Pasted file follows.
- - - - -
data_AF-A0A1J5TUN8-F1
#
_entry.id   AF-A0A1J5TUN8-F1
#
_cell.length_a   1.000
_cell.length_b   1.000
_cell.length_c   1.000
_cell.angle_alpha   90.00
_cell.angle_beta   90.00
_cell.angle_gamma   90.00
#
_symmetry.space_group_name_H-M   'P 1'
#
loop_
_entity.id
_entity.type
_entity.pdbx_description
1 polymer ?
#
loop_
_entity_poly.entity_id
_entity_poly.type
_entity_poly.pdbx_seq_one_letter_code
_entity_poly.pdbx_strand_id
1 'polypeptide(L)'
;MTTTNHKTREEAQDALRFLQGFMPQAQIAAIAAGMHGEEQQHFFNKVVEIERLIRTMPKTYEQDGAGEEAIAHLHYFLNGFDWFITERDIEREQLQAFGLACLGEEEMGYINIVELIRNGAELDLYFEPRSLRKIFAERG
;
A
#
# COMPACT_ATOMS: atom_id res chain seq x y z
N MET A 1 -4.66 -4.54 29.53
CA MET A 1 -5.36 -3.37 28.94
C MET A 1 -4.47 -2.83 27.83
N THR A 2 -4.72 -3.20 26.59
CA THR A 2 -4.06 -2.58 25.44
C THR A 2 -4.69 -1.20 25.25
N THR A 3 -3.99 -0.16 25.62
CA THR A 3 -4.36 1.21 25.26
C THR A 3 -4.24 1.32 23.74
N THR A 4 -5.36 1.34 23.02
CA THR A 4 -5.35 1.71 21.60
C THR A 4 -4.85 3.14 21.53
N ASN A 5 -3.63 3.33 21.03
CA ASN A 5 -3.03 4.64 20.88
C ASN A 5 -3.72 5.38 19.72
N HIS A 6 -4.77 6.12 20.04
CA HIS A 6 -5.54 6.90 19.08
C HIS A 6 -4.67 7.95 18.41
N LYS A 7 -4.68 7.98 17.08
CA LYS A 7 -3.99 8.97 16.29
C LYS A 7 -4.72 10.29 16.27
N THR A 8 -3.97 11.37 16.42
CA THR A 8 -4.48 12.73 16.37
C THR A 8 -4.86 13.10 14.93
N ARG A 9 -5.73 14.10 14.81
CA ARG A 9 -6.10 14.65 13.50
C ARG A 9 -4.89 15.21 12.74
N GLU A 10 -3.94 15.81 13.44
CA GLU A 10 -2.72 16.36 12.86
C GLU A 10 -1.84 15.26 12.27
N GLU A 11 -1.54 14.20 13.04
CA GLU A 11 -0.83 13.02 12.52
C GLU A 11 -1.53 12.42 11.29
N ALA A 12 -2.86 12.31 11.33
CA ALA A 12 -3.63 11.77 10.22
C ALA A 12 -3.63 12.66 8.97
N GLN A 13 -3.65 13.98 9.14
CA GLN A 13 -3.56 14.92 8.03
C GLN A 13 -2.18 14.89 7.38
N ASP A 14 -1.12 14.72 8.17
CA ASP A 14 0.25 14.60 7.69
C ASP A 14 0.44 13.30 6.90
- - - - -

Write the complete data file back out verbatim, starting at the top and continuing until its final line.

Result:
data_AF-A0A1J5TUN8-F1
#
_entry.id   AF-A0A1J5TUN8-F1
#
_cell.length_a   1.000
_cell.length_b   1.000
_cell.length_c   1.000
_cell.angle_alpha   90.00
_cell.angle_beta   90.00
_cell.angle_gamma   90.00
#
_symmetry.space_group_name_H-M   'P 1'
#
loop_
_entity.id
_entity.type
_entity.pdbx_description
1 polymer ?
#
loop_
_entity_poly.entity_id
_entity_poly.type
_entity_poly.pdbx_seq_one_letter_code
_entity_poly.pdbx_strand_id
1 'polypeptide(L)'
;MTTTNHKTREEAQDALRFLQGFMPQAQIAAIAAGMHGEEQQHFFNKVVEIERLIRTMPKTYEQDGAGEEAIAHLHYFLNGFDWFITERDIEREQLQAFGLACLGEEEMGYINIVELIRNGAELDLYFEPRSLRKIFAERG
;
A
#
# COMPACT_ATOMS: atom_id res chain seq x y z
N MET A 1 -4.66 -4.54 29.53
CA MET A 1 -5.36 -3.37 28.94
C MET A 1 -4.47 -2.83 27.83
N THR A 2 -4.72 -3.20 26.59
CA THR A 2 -4.06 -2.58 25.44
C THR A 2 -4.69 -1.20 25.25
N THR A 3 -3.99 -0.16 25.62
CA THR A 3 -4.36 1.21 25.26
C THR A 3 -4.24 1.32 23.74
N THR A 4 -5.36 1.34 23.02
CA THR A 4 -5.35 1.71 21.60
C THR A 4 -4.85 3.14 21.53
N ASN A 5 -3.63 3.33 21.03
CA ASN A 5 -3.03 4.64 20.88
C ASN A 5 -3.72 5.38 19.72
N HIS A 6 -4.77 6.12 20.04
CA HIS A 6 -5.54 6.90 19.08
C HIS A 6 -4.67 7.95 18.41
N LYS A 7 -4.68 7.98 17.08
CA LYS A 7 -3.99 8.97 16.29
C LYS A 7 -4.72 10.29 16.27
N THR A 8 -3.97 11.37 16.42
CA THR A 8 -4.48 12.73 16.37
C THR A 8 -4.86 13.10 14.93
N ARG A 9 -5.73 14.10 14.81
CA ARG A 9 -6.10 14.65 13.50
C ARG A 9 -4.89 15.21 12.74
N GLU A 10 -3.94 15.81 13.44
CA GLU A 10 -2.72 16.36 12.86
C GLU A 10 -1.84 15.26 12.27
N GLU A 11 -1.54 14.20 13.04
CA GLU A 11 -0.83 13.02 12.52
C GLU A 11 -1.53 12.42 11.29
N ALA A 12 -2.86 12.31 11.33
CA ALA A 12 -3.63 11.77 10.22
C ALA A 12 -3.63 12.66 8.97
N GLN A 13 -3.65 13.98 9.14
CA GLN A 13 -3.56 14.92 8.03
C GLN A 13 -2.18 14.89 7.38
N ASP A 14 -1.12 14.72 8.17
CA ASP A 14 0.25 14.60 7.69
C ASP A 14 0.44 13.30 6.90